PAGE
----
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Alain Giguère

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Are you prepared to make an effort to reduce your ecological footprint? – And Twilight of the Gods by Richard Wagner

Categories: On my radar this week

Posted on 06-27-19 at 3:45 p.m.

One in three Canadians (32%) say they are strongly committed to doing whatever they can!

But what is even more striking is that this proportion was only one in four (25% in 2013) barely six years ago and has been rising steadily ever since!

With awareness comes mobilization, as people become increasingly involved in a societal project at the level of their personal habits and social commitment.

Moreover, if we add in the people who "somewhat" agree with the above statement, we get nine out of ten Canadians (86%)!-numbers that are comparable across all regions of the country, including Quebec. However, people undoubtedly feel social pressure when they answer these types of questions: it would be embarrassing to admit that they are doing nothing at all! That is why we believe that people who tell that us that they totally agree are more "reliable" when it comes to correctly measuring this type of behaviour. Be that as it may, the growing awareness of today's ecological issues represents a tremendous opportunity for individuals and society as a whole, for businesses, brands and institutions.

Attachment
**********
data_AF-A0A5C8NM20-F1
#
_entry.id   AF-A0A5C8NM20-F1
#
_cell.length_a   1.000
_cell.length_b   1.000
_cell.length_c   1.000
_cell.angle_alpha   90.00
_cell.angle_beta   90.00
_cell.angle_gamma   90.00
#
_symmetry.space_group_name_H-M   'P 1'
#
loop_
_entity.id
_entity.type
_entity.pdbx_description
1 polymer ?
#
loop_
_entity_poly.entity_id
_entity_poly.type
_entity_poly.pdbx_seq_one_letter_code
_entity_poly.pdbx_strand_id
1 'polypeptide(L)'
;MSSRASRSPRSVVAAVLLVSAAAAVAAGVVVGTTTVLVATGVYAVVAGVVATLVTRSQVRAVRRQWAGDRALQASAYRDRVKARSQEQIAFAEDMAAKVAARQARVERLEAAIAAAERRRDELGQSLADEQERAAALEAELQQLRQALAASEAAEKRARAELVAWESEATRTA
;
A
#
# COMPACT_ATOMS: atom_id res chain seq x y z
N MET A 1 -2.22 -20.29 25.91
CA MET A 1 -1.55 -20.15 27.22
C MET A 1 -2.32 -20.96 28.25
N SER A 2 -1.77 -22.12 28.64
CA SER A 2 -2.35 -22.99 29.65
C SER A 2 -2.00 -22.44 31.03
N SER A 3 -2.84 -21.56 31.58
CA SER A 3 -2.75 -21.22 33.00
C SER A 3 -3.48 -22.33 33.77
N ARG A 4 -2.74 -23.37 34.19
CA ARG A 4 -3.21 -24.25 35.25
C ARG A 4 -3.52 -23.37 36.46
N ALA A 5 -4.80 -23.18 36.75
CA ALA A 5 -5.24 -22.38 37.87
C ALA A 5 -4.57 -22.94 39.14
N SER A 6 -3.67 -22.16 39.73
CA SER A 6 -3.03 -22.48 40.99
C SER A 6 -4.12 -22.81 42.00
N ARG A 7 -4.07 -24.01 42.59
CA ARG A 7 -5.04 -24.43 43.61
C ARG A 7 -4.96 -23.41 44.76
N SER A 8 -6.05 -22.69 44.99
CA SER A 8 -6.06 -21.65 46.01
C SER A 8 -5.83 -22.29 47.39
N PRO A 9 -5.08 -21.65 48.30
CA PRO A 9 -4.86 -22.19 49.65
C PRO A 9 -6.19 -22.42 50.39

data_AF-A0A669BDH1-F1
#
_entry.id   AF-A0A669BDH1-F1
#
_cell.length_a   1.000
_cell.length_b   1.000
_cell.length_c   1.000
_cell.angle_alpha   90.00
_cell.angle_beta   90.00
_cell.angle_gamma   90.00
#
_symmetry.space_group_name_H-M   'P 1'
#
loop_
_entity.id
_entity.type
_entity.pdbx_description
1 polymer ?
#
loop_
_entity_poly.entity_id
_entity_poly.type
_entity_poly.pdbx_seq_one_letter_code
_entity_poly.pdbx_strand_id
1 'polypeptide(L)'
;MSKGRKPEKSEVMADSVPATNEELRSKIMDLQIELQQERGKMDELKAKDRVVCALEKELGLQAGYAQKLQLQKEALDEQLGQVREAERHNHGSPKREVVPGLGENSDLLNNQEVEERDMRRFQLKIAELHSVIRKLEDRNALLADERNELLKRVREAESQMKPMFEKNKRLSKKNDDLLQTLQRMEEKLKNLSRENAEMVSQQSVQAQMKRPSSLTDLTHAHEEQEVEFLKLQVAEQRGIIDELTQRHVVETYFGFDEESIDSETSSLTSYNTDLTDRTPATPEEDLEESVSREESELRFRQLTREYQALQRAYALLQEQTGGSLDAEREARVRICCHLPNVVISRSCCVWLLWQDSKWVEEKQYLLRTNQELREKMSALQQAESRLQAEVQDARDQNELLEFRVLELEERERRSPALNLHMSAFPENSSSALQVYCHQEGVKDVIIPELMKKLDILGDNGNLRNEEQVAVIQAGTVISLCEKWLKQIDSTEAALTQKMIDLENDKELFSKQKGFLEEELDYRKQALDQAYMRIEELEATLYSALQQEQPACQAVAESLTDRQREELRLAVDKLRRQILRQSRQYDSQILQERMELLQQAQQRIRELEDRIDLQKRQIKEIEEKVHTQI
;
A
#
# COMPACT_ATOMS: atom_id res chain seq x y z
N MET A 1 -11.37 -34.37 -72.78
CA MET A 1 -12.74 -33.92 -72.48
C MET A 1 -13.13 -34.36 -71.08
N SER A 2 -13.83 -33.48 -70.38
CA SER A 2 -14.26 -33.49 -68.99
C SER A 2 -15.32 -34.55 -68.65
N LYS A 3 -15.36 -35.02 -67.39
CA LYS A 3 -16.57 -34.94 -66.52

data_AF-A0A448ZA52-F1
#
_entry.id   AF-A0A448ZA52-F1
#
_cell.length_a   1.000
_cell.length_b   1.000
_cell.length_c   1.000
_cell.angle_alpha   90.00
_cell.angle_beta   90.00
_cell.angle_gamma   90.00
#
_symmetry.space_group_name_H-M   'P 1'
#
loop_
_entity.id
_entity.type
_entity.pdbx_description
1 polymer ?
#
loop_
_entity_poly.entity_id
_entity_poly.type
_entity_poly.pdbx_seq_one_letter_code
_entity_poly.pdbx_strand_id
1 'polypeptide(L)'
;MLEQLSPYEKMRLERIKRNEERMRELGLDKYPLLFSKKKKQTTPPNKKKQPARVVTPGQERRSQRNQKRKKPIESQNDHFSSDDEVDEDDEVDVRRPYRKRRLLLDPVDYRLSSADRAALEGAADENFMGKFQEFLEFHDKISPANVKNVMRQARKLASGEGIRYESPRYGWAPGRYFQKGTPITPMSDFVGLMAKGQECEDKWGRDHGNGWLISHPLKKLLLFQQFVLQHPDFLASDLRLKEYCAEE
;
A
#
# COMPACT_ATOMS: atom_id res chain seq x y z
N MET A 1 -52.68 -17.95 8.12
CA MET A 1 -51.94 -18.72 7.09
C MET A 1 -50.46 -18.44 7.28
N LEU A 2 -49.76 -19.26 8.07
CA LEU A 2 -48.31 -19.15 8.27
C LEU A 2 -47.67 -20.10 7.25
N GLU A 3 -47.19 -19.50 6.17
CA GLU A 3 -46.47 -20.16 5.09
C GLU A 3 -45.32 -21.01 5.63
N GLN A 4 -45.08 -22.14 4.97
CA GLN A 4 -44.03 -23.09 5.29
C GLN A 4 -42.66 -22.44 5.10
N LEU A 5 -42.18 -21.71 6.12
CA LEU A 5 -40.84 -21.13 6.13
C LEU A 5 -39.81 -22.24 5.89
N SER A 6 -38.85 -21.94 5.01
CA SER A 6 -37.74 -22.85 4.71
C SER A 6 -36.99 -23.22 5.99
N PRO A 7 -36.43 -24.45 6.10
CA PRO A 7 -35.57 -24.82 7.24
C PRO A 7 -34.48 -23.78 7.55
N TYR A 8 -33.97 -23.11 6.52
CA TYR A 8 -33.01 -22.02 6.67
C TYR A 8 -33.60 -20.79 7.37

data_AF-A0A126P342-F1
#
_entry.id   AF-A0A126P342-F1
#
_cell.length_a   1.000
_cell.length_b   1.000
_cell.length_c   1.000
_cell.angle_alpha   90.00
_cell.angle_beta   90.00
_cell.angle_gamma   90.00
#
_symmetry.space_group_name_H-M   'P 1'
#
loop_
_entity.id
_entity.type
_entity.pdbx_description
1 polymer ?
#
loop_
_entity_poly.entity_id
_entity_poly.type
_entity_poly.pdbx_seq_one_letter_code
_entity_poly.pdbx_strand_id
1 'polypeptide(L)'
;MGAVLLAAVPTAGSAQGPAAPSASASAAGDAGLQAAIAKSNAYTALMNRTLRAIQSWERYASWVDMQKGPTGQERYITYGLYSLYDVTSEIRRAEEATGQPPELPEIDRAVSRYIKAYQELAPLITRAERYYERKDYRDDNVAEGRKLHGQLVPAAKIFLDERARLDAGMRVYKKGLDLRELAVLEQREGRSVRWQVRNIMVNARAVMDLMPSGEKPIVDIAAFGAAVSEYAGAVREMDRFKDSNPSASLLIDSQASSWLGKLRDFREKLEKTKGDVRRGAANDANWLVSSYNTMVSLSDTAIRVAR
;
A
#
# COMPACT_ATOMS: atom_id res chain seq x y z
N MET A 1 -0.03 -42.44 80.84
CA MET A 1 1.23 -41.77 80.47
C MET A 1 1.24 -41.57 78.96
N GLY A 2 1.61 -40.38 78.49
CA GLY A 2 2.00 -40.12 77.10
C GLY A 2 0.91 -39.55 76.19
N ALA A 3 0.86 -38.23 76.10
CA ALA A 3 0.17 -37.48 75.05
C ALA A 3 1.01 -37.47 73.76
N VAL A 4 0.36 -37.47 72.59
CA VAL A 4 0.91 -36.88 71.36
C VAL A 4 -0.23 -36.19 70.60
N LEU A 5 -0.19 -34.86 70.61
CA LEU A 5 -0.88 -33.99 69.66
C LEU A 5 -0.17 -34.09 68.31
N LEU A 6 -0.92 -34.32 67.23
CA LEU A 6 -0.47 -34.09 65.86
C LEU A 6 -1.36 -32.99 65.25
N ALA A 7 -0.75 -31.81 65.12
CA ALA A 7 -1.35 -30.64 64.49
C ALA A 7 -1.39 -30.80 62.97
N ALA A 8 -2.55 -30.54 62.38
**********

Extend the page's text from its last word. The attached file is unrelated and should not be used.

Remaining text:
The Millennials?

As I have already mentioned in some of my previous posts, I keep hearing people harp on the unique characteristics of this new Millennial generation and its much vaunted ecological and social engagement. Once again, the table below completely contradicts this perception. Among those who are making an effort to reduce their environmental impact, the younger age groups are clearly under-represented compared to people 55 and older (a 10-point difference between these generations).

This is not to say that young people are unaware of current ecological problems, but let's stop pretending that they are the champions of this cause (without, however, dismissing the subgroups of very committed young people).

Note, too, that women are much more engaged on this issue than men (a 10-point difference: 26% and 36% for men and women, respectively).

Values, motivations and in-depth reasons behind this environmental commitment

An astonishing cocktail of motivations underlies people's desire to take concrete action to reduce their personal impact on the environment. While saving the planet is not the only reason, it is a very important one (those who believe that "the way we consume and live is leading to the complete destruction of the planet" has risen from 61% to 77% from 2014 to 2019).

We find a keen sense of social responsibility, a sensitivity to others, a willingness to act for the good of one's community and help other people. They are directing their environmental actions as much to benefit their community as the planet itself.

In the same context, the family also plays a very important role: what kind of world are we leaving to our children; what kind of legacy are we bequeathing to them ("Mad Max")? Proponents of environmental protection feel a responsibility to act now, before it is too late, to ensure that future generations can live in decent ecological conditions.